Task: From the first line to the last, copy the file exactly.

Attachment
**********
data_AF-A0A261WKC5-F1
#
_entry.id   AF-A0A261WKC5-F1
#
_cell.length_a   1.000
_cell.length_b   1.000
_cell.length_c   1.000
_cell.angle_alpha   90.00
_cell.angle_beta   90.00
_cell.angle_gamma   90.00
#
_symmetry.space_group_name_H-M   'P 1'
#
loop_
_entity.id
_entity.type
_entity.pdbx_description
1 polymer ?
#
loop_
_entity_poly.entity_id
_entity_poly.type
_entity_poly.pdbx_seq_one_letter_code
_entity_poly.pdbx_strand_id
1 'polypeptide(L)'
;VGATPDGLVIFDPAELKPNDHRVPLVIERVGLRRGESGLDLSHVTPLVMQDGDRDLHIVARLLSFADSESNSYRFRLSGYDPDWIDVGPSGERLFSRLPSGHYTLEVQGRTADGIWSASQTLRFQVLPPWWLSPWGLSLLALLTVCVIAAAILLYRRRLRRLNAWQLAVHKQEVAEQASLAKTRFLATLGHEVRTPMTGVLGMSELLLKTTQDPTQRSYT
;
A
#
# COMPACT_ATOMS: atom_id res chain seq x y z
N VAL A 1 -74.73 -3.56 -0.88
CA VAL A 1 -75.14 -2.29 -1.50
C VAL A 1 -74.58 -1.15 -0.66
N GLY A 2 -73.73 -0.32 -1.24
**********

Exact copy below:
data_AF-A0A261WKC5-F1
#
_entry.id   AF-A0A261WKC5-F1
#
_cell.length_a   1.000
_cell.length_b   1.000
_cell.length_c   1.000
_cell.angle_alpha   90.00
_cell.angle_beta   90.00
_cell.angle_gamma   90.00
#
_symmetry.space_group_name_H-M   'P 1'
#
loop_
_entity.id
_entity.type
_entity.pdbx_description
1 polymer ?
#
loop_
_entity_poly.entity_id
_entity_poly.type
_entity_poly.pdbx_seq_one_letter_code
_entity_poly.pdbx_strand_id
1 'polypeptide(L)'
;VGATPDGLVIFDPAELKPNDHRVPLVIERVGLRRGESGLDLSHVTPLVMQDGDRDLHIVARLLSFADSESNSYRFRLSGYDPDWIDVGPSGERLFSRLPSGHYTLEVQGRTADGIWSASQTLRFQVLPPWWLSPWGLSLLALLTVCVIAAAILLYRRRLRRLNAWQLAVHKQEVAEQASLAKTRFLATLGHEVRTPMTGVLGMSELLLKTTQDPTQRSYT
;
A
#
# COMPACT_ATOMS: atom_id res chain seq x y z
N VAL A 1 -74.73 -3.56 -0.88
CA VAL A 1 -75.14 -2.29 -1.50
C VAL A 1 -74.58 -1.15 -0.66
N GLY A 2 -73.73 -0.32 -1.24